Instructors and Advisors

Prof. Jacek Bielecki

prof. dr hab. Jacek Bielecki


MSc, University of Warsaw, 1975 PhD, University of Warsaw, 1981 Associated professor, Warsaw University, 1995 Professor at University of Warsaw, 1996 Vice Dean of Faculty of Biology, 1996 - 1999, and 1999-2002


  • Germany , 1984, University of Tuebingen, 10 months
  • Germany, 1985, Max Planck Institute, 8 months
  • USA, 1989, University of Pennsylvania post doc, 2,5 years
  • USA, 1993, University of Pennsylvania, visiting prof., 3 months
  • USA, 1999, University of California, Berkeley, visiting prof., 2 months

Research interests:

Molecular mechanisms of virulence of bacteria Listeria monocytogenes, especially the role of a hemolysin, listeriolysin O (LLO). LLO is a 58 kDa sulphydryl-activated, pore-forming cytotoxin which allows L. monocytogenes to escape from the phagocytic vesicle in macrophage and causes actin cytoskeleton reorganization in infected cells. LLO- mutants are much less virulent and do not survive in macrophages.

prof. dr hab. Piotr Stępień

Prof. Piotr Stepien

Education, Degrees

1997 Professor in Genetics ( scientific degree, nomination by the President of Poland )
1985 Dr. Sci. ( Doctor Habilitatus ) degree obtained from the University of Warsaw
1976 Ph.D. from the Faculty of Biology, University of Warsaw
1971 B. Sci. with Honours from the Institute of Biochemistry, University of Warsaw

Professional history:

  • 2000 Full Professor ( Profesor Ordinarius) Department of Genetics, University of Warsaw Research on human genes involved in mitochondrial functions, cancer and aging
  • 1991 Associate Professor (Profesor Extraordinarius), Department of Genetics, University of Warsaw
  • 1989-1991 Sabbatical at the University of Texas, Southwestern Medical Center at Dallas. Research on genes controlling biogenesis of mitochondria in yeast
  • 1984-1989 Assistant Professor ( Docent ) at the Department of Genetics, University of Warsaw. Studies on evolution of fungal gene families.
  • 1981 –1984 Research Associate at the National Research Council of Canada, Ottawa. Research on expression of human proinsulin gene in yeast and bacteria.
  • 1978-1981 Senior Research Assistant at the Department of Genetics, Warsaw University. Studies on evolution of mitochondrial and chloroplast genomes
  • 1976-1978 Awarded the prestigious Alexander von Humboldt Fellowship : postdoctoral research at the Max Planck Institute for Experimental Medicine, Goettingen, Germany Studies on mitochondrial genome of Aspergillus.
  • 1971-1976 Research Assistant at the Department of Genetics, University of Warsaw. Studies on genetics of sulphur metabolism and amino acid transport in Aspergillus.

Research interests:

Regulation of gene expression in mitochondria is achieved mainly by controlling stability of mRNA and its decay rate. Nuclear encoded proteins participate in polyadenylation of mitochondrial transcripts and in their subsequent degradation. At present I work on four human genes involved in these processes : polyA polymerase, polynucleotide phosphorylase, RNA helicase and RNase II. Three of them have been characterized for the first time in my lab.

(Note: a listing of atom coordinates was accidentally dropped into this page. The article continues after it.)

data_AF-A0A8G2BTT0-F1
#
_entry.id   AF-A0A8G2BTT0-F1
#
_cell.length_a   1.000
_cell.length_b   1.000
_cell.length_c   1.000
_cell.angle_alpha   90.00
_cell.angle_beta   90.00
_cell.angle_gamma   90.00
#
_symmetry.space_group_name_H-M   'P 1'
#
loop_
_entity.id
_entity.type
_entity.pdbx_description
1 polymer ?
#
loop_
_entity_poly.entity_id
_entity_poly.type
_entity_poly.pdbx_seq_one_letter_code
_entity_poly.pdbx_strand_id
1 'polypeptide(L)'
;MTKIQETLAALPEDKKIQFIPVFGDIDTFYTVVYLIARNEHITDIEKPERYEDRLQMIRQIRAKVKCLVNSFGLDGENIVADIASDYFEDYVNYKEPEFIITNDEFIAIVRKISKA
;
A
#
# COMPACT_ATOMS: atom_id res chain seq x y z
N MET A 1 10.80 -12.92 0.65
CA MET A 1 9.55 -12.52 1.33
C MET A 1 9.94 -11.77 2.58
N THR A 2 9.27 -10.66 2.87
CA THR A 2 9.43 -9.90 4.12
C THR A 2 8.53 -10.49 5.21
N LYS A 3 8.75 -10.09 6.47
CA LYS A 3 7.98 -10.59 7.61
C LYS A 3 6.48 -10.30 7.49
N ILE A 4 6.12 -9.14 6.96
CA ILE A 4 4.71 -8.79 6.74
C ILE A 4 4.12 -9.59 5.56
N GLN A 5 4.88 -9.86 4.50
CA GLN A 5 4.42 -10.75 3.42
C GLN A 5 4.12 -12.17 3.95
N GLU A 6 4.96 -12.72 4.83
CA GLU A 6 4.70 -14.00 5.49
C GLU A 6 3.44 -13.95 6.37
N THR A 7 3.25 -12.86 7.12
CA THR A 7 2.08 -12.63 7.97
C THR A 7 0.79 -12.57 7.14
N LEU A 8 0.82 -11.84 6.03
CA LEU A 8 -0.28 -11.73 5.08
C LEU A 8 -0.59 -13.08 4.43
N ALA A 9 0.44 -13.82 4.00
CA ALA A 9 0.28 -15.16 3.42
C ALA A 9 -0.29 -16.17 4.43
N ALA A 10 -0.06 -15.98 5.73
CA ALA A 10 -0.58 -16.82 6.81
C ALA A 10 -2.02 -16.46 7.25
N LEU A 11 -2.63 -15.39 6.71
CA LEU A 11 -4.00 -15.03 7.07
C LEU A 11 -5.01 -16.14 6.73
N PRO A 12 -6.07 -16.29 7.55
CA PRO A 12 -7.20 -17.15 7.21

Two of the proteins seem to play additional important roles in aging and cancer. To study this, my research plans involve employing various techniques of molecular biology, proteomics and transgenic animal models.


married, two children
hobbys: opera, antique textiles

Michał Lower

I come from Warsaw, our capital city :-). I study Biotechnology at University of Warsaw. My M. Sc. thesis in Department of Virology was about new method of rapid determination of type III DNA methyltransferase recognition sequences. Apart from molecular biology I'm passionated with computer programming.

Paweł Krawczyk

Paweł Krawczyk

I come from small village in the south of Poland but now I’m a student of biotechnology and psychology at the College of Interfaculty Individual Studies in Mathematics and Natural Sciences, University of Warsaw. Scientifically I’m freak on any fluorescent methods connected with protein research. My B. Sc. thesis was mainly about FRET method in context of regulation of the Hsp90 molecular chaperone protein. No I work in the field of neuroscience, especially on the molecular basis of schizophrenia (it doesn’t mean I live in a world of hallucinations). In my free time I love to play football and volleyball and listen to music, especially blues and rock. Last year I've started in iGEM as a student and it was very challenging experience. I hope it will help during this year "synthetic" adventure